What percentage of a graham cracker do you think helps your child meet his daily nutritional needs? About 60%.
What about chocolate milk? Just over 50%
Cream cheese? 0%
According to the USDA, discretionary calories are extra calories that can be “spent” once your nutritional needs have been met. These are the calories that come from high fat foods, foods with added fats or sugars, and from eating more food than your body needs. For daily nutritional needs, these calories don’t count.
For children aged 3-7, the USDA recommends that discretionary calories stay between 165 and 170 per day. (Click to see recommendations by age.)
Discretionary calories add up quickly. Give your child:
- 1 cup low-fat chocolate milk (160 calories), that is 75 discretionary calories.
- 1 cup low-fat, fruit-flavored yoghurt (240 calories depending upon brand/flavor), that’s 100 discretionary calories.
Total Discretionary Calories = 175
Throw in 2 graham crackers (120 calories) which has 50 discretionary calories and you begin to see the problem.
Total Discretionary Calories = 225
- If Grandma gives your child a chocolate chip cookie (just one can’t hurt, right?) then toss in another 70 discretionary calories.
Now your child is up to 295.
Of course every bite doesn’t need to be nutritious, that’s for sure. But when snack time suffers, so does the whole day. If you use up your child’s discretionary calories at snack time then there’s no room left for:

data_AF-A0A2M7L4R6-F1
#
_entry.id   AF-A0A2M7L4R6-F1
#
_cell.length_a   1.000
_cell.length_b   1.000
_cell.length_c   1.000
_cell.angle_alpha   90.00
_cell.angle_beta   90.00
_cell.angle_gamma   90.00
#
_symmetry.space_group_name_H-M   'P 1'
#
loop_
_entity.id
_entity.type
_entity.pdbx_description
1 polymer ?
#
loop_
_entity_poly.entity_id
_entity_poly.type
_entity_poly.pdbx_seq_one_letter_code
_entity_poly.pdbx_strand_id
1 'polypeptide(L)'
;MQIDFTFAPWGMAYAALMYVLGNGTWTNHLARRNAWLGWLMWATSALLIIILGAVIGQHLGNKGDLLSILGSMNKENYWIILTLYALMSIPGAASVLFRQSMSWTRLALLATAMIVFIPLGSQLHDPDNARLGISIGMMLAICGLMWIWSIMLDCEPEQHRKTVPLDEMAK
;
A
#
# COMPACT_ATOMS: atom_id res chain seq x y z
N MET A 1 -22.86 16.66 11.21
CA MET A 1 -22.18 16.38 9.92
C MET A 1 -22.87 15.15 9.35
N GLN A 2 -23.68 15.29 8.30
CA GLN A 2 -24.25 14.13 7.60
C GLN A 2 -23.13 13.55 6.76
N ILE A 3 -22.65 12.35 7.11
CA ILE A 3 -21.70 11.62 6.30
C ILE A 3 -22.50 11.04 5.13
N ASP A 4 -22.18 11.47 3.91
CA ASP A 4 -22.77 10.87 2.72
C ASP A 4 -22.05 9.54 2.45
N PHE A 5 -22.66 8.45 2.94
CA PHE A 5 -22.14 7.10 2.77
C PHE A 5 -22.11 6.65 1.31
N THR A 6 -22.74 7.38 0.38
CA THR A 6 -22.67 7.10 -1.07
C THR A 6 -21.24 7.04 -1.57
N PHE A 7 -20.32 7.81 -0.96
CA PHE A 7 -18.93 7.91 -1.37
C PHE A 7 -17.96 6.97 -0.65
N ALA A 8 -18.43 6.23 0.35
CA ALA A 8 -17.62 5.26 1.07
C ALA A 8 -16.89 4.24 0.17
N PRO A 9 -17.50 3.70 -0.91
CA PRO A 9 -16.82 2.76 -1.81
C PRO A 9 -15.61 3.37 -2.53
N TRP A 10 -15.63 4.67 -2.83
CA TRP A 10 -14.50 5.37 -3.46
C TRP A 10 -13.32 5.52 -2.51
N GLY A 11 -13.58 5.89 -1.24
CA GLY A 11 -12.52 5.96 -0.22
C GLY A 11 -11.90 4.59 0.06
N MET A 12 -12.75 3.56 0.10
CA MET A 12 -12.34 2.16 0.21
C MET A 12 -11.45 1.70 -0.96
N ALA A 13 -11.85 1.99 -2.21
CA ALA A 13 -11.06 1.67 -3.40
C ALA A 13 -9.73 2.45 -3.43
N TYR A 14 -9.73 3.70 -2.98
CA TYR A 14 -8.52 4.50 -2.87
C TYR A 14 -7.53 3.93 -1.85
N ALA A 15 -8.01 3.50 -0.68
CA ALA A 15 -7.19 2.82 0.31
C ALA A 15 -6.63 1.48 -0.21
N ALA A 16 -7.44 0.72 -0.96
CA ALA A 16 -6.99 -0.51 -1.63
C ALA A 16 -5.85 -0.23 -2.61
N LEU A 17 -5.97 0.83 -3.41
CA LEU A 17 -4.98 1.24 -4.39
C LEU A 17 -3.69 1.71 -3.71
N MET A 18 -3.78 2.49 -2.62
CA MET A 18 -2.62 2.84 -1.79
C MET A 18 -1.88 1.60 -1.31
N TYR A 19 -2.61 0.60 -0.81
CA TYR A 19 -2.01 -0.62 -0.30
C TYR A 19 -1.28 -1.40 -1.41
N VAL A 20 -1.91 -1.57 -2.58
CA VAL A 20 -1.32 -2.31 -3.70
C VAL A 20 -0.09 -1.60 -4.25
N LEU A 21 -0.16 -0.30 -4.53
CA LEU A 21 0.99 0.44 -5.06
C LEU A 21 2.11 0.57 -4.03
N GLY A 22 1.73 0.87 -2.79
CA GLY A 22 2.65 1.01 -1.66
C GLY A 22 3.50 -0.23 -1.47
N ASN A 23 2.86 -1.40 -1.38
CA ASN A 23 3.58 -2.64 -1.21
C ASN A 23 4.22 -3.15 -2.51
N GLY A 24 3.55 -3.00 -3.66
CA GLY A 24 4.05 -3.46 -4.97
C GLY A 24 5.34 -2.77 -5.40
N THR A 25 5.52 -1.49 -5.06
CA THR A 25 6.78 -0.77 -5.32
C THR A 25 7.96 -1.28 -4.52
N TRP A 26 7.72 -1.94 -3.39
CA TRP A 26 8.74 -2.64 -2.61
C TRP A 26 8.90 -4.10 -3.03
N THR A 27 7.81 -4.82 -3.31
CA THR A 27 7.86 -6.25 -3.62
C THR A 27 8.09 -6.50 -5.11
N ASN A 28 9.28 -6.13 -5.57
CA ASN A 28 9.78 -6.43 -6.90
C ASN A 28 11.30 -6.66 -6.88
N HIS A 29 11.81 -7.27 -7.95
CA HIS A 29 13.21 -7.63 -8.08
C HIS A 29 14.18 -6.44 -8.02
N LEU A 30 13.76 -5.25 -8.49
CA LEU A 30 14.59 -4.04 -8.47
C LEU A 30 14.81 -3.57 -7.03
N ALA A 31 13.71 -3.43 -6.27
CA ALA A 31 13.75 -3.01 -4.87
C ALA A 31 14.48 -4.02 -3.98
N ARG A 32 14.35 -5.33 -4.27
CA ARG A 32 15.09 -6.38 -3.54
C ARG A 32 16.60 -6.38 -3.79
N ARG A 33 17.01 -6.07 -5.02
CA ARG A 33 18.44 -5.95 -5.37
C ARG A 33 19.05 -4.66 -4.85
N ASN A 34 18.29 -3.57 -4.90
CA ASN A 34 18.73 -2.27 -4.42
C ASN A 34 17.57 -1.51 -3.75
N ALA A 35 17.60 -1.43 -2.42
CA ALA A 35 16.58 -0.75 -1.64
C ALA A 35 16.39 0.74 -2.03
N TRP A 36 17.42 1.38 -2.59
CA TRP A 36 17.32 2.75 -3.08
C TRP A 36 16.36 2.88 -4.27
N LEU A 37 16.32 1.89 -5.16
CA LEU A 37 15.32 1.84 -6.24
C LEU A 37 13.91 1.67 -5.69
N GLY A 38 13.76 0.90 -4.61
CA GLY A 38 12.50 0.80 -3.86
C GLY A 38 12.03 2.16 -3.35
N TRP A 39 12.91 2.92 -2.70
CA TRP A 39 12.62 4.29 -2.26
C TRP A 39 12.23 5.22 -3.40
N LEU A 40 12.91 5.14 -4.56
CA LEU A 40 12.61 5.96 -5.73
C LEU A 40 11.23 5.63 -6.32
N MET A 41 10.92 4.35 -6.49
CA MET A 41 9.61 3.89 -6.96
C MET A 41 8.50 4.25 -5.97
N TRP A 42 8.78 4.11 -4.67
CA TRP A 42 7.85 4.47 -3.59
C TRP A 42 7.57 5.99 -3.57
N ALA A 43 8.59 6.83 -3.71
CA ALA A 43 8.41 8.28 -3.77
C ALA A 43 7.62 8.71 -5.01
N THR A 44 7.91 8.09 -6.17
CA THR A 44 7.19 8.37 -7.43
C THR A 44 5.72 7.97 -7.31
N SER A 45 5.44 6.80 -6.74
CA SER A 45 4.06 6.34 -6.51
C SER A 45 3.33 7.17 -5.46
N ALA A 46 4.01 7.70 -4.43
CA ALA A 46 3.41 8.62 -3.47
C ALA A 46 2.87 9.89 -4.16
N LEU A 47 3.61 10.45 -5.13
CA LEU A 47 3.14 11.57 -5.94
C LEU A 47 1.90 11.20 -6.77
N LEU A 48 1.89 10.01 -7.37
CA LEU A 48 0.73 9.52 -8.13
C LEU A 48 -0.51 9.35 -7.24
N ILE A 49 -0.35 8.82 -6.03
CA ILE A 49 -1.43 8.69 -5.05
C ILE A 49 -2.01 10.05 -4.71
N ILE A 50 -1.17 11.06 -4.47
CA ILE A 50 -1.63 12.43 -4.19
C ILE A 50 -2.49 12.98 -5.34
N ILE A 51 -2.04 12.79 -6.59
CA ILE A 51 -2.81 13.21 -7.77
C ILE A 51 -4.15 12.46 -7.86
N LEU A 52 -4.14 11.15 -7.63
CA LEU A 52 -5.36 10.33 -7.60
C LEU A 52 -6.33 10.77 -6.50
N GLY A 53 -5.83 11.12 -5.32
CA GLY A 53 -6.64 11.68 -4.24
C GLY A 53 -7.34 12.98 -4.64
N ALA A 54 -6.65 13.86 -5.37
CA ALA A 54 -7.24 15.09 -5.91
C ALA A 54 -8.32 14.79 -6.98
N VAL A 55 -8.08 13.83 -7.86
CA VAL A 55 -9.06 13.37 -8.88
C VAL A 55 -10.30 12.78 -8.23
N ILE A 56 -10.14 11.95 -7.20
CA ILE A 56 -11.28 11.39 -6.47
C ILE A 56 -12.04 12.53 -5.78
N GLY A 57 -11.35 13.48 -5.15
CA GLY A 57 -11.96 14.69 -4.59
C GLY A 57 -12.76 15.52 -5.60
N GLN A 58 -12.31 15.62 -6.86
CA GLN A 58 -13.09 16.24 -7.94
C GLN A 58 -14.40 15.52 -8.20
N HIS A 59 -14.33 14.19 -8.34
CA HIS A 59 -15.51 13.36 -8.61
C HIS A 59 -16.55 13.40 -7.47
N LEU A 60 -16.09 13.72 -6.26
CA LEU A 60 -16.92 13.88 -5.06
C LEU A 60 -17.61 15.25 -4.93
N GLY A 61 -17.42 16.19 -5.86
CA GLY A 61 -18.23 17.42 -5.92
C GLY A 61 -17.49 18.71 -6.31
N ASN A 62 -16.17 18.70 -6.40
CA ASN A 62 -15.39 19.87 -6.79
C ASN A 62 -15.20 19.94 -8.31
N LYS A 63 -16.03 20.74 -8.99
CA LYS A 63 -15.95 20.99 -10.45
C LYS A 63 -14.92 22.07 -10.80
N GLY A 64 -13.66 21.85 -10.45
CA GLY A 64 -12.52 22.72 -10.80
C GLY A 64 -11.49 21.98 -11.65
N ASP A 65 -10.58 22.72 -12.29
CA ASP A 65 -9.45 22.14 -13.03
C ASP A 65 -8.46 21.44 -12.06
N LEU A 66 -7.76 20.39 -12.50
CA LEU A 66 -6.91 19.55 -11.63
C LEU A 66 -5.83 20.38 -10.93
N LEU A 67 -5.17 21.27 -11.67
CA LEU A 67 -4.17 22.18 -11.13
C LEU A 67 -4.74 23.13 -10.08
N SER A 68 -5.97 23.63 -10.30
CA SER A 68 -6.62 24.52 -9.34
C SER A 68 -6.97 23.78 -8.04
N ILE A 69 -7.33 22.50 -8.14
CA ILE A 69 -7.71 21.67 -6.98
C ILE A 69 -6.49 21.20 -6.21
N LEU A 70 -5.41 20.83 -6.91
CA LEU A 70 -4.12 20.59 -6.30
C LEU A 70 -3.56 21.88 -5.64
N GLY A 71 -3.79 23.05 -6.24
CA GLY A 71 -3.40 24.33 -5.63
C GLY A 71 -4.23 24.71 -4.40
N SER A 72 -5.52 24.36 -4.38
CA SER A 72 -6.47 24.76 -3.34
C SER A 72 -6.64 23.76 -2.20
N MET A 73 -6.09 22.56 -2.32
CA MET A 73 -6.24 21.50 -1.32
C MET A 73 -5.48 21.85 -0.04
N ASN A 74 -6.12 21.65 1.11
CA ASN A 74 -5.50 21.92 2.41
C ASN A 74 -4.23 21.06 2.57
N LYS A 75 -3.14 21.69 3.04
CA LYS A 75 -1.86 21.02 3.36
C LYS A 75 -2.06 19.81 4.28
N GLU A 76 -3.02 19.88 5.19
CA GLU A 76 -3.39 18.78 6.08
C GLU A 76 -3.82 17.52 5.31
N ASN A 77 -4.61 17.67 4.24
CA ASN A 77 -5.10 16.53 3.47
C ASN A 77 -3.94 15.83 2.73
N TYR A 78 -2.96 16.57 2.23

- chicken with skin
- hamburger that’s not extra lean
- fried chicken nuggets
- butter on veggies
- cream cheese on a bagel
What’s the solution? Stop thinking of meals as your nutrition zone and snacking as extra. The whole day matters.
Include more fruits and vegetables at snack time and take the pressure off meal time. It will change your child’s diet. It will also change YOUR life. Most importantly, it will build the right habit for a lifetime of healthy eating.
(By the way, split a medium order of French fries at dinner, and that’s an additional 325 discretionary calories consumed between the two of you. It’s sad, but true.)
Changing the conversation from nutrition to habits.